Nanomechanical investigation of soft biological cell adhesion using atomic force microscopy

Siamantouras, Eleftherios and Hills, Claire E. and Squires, Paul E. and Liu, Kuo-Kang (2015) Nanomechanical investigation of soft biological cell adhesion using atomic force microscopy. Cellular and Molecular Bioengineering, 8 (1). pp. 22-31. ISSN 1865-5025

Full content URL: http://link.springer.com/article/10.1007/s12195-01...

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Nanomechanical investigation of soft biological cell adhesion using atomic force microscopy

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Nanomechanical investigation of soft biological cell adhesion using atomic force microscopy
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Abstract

Mechanical coupling between living cells is a complex process that is important for a variety of biological processes. In this study the effects of specific biochemical treatment on cell-to-cell adhesion and single cell mechanics were systematically investigated using atomic force microscopy (AFM) single cell force spectroscopy. Functionalised AFM tipless cantilevers were used for attaching single suspended cells that were brought in contact with substrate cells. Cell-to-cell adhesion parameters, such as maximum unbinding force (F max) and work or energy of detachment (W D), were extracted from the retraction force–displacement (F–d) curves. AFM indentation experiments were performed by indenting single cells with a spherical microbead attached to the cantilever. Hertzian contact model was applied to determine the elastic modulus (E) of single cells. Following treatment of the cells with neutralising antibody for epithelial (E)-cadherin, F max was increased by 25%, whereas W D decreased by 11% in response to a 43% increase in E. The results suggest that although the adhesion force between cells was increased after treatment, the energy of adhesion was decreased due to the reduced displacement separation as manifested by the loss of elastic deformation. Conclusively, changes in single cell mechanics are important underlying factors contributing to cell-to-cell adhesion and hence cytomechanical characterization is critical for cell adhesion measurements.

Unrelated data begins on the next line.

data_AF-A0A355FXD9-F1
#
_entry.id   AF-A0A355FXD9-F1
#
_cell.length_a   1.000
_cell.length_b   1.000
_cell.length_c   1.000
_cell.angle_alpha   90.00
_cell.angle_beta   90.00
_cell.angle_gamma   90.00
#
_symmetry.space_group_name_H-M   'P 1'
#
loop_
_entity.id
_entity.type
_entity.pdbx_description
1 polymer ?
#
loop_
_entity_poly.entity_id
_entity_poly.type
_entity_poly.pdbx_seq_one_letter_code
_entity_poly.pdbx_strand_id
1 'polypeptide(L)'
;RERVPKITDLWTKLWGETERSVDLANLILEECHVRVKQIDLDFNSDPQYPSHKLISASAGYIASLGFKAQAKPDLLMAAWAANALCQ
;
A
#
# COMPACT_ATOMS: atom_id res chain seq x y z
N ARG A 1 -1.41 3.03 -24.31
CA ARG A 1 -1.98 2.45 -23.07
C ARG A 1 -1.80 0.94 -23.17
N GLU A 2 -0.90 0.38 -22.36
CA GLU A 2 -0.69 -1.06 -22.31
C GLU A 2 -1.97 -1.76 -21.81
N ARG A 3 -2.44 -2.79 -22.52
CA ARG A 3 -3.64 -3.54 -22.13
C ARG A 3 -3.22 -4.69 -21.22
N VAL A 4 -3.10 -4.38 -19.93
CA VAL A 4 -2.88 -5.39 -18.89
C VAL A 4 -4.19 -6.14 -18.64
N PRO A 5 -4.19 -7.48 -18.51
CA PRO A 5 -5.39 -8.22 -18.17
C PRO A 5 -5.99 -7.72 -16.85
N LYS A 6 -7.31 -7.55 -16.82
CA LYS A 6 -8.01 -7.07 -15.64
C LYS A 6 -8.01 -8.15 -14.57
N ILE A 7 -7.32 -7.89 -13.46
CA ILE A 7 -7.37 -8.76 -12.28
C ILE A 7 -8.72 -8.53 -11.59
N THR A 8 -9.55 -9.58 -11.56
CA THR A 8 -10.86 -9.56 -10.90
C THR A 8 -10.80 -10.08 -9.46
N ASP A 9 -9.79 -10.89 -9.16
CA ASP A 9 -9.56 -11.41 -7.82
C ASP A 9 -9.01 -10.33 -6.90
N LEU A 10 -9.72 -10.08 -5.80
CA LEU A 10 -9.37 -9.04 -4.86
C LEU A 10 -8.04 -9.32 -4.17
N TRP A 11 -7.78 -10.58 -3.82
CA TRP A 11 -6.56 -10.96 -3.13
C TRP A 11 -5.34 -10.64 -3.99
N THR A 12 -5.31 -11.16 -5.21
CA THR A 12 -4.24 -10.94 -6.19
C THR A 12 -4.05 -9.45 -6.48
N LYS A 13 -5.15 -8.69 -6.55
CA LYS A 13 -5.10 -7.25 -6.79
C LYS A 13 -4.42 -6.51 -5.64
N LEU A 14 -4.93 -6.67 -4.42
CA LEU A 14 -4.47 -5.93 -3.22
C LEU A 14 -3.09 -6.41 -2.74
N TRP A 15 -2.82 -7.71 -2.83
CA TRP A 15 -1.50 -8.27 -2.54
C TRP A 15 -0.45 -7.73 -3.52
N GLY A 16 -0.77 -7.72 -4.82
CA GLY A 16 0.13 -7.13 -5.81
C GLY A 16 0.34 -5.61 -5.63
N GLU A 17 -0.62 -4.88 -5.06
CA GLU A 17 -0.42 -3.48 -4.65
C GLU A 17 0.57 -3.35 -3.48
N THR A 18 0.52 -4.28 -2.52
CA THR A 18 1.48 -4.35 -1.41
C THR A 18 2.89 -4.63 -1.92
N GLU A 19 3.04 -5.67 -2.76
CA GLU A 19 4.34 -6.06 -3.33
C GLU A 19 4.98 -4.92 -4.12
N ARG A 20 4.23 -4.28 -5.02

Keywords:AFM-SCFS, Elasticity, Beta-cells, Indentation, Cell mechanics, bmjgoldcheck, NotOAChecked
Subjects:H Engineering > H673 Bioengineering
Divisions:College of Science > School of Life Sciences
ID Code:15025
Deposited On:23 Sep 2014 11:52

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